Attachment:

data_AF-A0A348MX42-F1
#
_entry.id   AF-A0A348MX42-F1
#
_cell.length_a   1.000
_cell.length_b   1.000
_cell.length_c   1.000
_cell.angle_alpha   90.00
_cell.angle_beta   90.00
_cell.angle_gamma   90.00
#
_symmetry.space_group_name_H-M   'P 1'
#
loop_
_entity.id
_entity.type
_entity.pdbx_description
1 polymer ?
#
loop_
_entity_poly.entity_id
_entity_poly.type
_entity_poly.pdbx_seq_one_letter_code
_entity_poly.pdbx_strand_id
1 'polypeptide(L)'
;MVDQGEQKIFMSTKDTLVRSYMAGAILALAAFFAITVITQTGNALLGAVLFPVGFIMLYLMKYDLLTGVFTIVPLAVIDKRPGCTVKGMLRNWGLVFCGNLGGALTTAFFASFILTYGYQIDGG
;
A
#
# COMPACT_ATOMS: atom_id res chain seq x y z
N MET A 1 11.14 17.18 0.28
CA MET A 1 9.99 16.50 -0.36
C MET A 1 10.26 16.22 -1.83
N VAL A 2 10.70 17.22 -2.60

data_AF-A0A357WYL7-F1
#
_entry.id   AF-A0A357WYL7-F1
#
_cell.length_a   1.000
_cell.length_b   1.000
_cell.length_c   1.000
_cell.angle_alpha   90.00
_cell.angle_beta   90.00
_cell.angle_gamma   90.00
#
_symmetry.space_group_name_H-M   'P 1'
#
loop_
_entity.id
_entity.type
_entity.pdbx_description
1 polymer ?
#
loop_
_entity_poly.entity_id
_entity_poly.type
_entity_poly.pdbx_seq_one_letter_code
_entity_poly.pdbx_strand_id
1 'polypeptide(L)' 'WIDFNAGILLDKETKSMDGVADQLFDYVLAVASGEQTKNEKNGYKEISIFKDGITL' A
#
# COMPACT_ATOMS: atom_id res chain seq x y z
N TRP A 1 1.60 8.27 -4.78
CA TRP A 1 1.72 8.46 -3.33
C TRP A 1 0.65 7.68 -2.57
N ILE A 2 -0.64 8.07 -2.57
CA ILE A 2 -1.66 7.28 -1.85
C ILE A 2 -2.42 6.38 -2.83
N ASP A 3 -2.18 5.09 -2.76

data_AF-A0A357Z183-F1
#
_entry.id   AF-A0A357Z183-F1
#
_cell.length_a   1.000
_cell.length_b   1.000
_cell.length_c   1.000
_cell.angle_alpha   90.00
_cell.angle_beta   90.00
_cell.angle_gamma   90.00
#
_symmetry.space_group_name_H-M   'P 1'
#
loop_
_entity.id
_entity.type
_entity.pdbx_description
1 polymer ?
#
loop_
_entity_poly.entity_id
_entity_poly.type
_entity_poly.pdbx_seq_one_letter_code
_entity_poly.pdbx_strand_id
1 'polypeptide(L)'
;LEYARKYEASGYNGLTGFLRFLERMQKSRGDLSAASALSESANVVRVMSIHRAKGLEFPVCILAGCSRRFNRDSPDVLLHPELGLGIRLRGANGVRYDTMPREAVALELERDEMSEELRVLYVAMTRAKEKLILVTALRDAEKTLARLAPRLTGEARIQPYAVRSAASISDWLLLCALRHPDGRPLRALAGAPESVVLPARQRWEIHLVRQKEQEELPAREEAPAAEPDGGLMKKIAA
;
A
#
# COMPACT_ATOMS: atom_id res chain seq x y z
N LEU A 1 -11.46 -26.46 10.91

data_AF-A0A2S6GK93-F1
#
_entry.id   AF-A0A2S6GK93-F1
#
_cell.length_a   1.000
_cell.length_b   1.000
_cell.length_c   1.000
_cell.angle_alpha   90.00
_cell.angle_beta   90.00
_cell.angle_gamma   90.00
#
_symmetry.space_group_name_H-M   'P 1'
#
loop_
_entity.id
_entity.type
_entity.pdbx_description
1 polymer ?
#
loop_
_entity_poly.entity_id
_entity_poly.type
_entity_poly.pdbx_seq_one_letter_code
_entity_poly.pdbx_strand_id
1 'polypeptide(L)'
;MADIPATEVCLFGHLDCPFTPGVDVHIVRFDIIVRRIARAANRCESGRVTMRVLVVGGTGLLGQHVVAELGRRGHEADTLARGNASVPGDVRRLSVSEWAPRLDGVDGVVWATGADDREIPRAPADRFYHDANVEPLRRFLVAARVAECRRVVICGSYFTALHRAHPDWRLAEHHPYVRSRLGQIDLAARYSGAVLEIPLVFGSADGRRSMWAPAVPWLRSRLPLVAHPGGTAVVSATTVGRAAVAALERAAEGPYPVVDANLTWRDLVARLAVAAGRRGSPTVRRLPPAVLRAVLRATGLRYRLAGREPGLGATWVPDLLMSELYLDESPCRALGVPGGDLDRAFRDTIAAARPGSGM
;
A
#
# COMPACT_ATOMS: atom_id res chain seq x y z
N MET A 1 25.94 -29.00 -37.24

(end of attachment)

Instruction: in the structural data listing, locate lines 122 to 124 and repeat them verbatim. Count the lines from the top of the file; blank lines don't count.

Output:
_entity_poly.pdbx_seq_one_letter_code
_entity_poly.pdbx_strand_id
1 'polypeptide(L)'